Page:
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Andrew Bridgen discusses prospects of CAZNUK trade deal
Speaking to Sky News Australia, the Tory MP said the new CANZUK trade bloc would become the fourth biggest trading bloc in the world post-Brexit. He said: “We’ve got deals coming in almost every day. I think we’ve done 62 free trade deal with countries around the world while we’ve been negotiating with the European Union.
“Now that we’ve sealed the deal with the European Union, we can concentrate on other economies in the world important to the UK, such as Australia.
“And I’m personally very keen to have a very close future with Australia, New Zealand and Canada.
“And I would be very supportive of a CANZUK style trading bloc which will make us the fourth biggest trading bloc in the world.
“We’ve got the same head of state, we’re all parliamentary democracies based on the Westminster system.
“And ultimately I’d like to see a freedom of movement, freedom to travel, start a business, in any of our countries.
“I think that would be a great step forward. No language problems at all, it would be a great coalition of the anglosphere.”
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However, according to a recent study, the UK will have to “fight its way to the table” as US-president elect Joe Biden seeks to rebuild American relations around the world.
With MPs set to debate Britain’s future foreign policy in the Commons on Monday afternoon, a new research paper by Robin Niblett, director of the think tank Chatham House, has set out how a “global Britain” can strike a new path post-Brexit and how the Government can woo incoming administration figures in Washington.
The paper, called “Global Britain, global broker: A blueprint for the UK’s future international role”, states: “The incoming administration of Joe Biden will seek to heal America’s relations with allies in Europe and Asia.
“But Brexit Britain will have to fight its way to the table on many of the most important trans-Atlantic issues, with the EU now the US’s main counterpart in areas such as China relations and digital taxation.”
The report suggests three areas ripe for Britain to tackle as a global broker in 2021, given the imminent arrival of the Biden administration.
It says: “First, the UK can leverage its world-leading commitments to carbon emissions reduction alongside its co-chairmanship of Cop26 to secure stronger national commitments on climate change from the US and China, the world’s two largest emitters.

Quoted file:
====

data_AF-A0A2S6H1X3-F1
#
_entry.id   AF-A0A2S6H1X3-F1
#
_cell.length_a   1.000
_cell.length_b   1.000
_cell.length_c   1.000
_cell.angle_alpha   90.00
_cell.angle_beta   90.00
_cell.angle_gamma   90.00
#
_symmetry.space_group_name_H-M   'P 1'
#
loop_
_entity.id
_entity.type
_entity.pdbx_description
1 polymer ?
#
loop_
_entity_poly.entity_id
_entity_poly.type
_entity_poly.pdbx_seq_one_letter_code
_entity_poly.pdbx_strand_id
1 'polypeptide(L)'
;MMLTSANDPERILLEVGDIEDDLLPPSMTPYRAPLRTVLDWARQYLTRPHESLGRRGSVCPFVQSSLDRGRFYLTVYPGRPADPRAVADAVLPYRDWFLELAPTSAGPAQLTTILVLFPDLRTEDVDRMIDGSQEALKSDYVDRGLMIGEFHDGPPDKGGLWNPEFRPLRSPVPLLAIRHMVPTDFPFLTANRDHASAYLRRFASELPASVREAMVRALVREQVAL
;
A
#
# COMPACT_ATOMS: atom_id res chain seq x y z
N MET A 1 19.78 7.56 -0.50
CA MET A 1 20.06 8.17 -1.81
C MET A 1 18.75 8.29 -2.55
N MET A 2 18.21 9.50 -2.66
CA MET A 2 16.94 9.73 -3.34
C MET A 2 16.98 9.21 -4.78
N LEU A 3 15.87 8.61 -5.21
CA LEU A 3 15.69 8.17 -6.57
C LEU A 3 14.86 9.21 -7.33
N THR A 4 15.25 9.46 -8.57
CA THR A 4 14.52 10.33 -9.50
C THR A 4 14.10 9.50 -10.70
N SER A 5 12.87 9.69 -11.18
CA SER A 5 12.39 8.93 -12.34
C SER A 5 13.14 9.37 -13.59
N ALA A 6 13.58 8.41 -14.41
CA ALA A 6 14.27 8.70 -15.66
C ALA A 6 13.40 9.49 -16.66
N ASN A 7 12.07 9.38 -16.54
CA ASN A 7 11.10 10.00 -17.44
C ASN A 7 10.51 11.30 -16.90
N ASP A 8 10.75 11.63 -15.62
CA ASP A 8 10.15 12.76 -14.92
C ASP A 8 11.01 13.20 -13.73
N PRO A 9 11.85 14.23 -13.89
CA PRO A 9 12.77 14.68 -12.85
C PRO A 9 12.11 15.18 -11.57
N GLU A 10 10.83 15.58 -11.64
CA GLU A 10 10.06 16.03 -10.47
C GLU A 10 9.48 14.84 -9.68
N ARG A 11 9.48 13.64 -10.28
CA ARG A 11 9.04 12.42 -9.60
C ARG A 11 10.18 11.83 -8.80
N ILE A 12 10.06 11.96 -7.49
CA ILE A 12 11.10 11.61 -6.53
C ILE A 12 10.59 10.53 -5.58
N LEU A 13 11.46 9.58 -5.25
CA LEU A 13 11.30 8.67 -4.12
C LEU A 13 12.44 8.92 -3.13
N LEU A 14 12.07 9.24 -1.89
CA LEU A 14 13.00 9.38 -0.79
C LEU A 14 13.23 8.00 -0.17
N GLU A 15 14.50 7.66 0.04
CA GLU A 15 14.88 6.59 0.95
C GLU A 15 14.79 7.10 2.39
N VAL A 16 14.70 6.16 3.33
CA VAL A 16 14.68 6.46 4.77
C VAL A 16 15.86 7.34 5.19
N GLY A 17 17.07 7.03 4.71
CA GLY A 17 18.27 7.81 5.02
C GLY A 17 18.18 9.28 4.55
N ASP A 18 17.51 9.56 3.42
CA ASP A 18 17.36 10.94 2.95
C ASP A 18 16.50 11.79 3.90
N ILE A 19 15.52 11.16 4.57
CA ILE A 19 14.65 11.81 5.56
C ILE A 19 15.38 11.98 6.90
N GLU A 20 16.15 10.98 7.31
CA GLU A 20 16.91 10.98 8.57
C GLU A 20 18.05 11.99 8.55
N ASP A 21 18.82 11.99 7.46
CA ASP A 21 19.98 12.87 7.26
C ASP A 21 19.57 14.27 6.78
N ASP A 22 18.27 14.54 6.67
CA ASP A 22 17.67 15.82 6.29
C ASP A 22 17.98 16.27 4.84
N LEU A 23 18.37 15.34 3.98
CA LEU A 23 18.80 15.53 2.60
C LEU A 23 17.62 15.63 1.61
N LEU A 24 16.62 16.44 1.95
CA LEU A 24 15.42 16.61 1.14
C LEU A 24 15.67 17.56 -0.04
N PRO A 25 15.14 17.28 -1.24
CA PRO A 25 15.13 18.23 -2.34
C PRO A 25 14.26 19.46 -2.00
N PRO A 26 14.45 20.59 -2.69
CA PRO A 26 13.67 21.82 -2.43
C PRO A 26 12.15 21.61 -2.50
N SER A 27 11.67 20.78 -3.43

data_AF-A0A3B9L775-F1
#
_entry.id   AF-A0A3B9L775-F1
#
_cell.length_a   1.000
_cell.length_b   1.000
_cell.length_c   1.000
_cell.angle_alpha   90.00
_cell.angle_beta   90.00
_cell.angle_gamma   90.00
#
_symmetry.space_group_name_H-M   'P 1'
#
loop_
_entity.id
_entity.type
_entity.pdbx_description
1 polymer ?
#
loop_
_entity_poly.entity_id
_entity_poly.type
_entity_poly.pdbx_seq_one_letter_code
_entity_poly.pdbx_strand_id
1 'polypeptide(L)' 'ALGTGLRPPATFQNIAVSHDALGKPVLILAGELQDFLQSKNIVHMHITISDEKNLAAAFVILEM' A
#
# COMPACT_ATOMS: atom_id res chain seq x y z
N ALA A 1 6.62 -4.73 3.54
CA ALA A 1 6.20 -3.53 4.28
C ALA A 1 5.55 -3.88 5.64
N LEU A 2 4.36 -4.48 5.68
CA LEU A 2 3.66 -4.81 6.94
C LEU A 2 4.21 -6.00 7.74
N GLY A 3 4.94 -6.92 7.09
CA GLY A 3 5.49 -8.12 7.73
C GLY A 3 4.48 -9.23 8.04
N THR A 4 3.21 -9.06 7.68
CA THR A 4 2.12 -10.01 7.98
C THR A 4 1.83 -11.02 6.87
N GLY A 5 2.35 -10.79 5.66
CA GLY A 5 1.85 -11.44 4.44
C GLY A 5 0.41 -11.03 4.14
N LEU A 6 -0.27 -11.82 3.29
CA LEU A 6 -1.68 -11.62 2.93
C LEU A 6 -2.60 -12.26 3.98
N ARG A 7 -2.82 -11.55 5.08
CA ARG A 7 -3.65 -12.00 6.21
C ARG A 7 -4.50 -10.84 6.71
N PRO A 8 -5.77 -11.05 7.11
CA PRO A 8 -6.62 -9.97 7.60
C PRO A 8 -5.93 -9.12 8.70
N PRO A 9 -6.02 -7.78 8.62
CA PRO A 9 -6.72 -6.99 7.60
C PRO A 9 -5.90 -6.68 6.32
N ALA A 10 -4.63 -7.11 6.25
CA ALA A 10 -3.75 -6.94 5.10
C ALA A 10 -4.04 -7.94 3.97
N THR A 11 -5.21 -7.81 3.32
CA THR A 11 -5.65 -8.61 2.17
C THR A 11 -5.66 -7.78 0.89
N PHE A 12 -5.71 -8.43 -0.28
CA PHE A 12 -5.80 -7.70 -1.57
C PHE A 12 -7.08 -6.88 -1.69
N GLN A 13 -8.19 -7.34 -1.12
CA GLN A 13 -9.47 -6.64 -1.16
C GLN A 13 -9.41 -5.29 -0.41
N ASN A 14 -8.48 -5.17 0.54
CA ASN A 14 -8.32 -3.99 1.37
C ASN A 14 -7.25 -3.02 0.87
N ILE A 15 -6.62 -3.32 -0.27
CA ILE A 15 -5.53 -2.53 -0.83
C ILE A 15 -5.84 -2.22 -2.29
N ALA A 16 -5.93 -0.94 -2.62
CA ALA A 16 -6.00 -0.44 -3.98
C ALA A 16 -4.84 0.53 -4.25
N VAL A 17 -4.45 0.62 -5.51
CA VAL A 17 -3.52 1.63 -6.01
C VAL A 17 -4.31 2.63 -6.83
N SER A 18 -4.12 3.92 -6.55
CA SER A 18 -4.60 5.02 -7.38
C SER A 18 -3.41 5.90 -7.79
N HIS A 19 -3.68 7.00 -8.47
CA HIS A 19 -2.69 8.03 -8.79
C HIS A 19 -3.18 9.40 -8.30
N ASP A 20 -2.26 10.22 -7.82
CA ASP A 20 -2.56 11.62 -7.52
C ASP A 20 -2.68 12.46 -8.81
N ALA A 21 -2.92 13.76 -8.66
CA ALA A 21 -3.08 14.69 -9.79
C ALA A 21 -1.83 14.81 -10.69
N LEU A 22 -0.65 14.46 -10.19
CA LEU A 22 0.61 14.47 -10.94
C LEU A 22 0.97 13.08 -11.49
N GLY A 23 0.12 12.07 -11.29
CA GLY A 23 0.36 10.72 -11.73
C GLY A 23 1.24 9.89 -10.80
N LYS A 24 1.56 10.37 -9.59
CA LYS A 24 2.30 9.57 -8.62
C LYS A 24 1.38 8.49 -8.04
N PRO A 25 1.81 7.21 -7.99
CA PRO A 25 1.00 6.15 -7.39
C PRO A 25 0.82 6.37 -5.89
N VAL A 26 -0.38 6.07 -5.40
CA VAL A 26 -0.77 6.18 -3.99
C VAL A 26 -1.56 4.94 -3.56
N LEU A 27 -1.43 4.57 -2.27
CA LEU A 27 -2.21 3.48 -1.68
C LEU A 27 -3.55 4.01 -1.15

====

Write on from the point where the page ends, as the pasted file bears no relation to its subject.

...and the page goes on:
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“Second, the UK can leverage its strong position in Nato alongside a more trans-Atlanticist Biden administration to broker closer working relations between Nato and the EU, especially on cybersecurity and protecting space assets, critical new priorities for the safety of European democracies.
“Third, the UK can use its presidency of the G7 in 2021 to start making this anachronistic grouping more inclusive.”
The report continues: “But rather than enlarging it to a catchy but arbitrary ‘D10’ or ‘Democratic Ten’, Britain could reach out to other midsized G20 democracies such as Australia, Indonesia, Mexico, South Africa and South Korea as and when they are willing to commit to joint action towards shared objectives.
“It could also link up its G7 programme with the Summit for Democracy, which Joe Biden has committed to host in 2021 to tackle the serious challenges now facing democracies at home.
“Britain could help define this agenda by convening meetings between officials, NGOs and US technology giants and brokering practical ideas to combat disinformation.”
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The study says the Government will be “better networked institutionally than almost any other country’s” despite Brexit, adding the “soft power inherent in its language, universities, media and civil society can enhance the influence of British ideas”.
But it adds: “Assets do not automatically equate with influence. There needs to be a vision for Britain’s international role, and the political will, resources and popular support to put this vision into action.”
Speaking about the report, Dr Niblett said: “The world needs less talk and more action. In this sense, a positive global image of Britain outside the EU must be earned, not declared.
“There is no certainty that Britain will live up to its potential role as a valued and creative global broker.
“But it could emerge gradually from the competence of the UK’s diplomacy, from the impact of its international presence, from trust in its word, and from a return to the power of understatement for which the country was so widely respected.”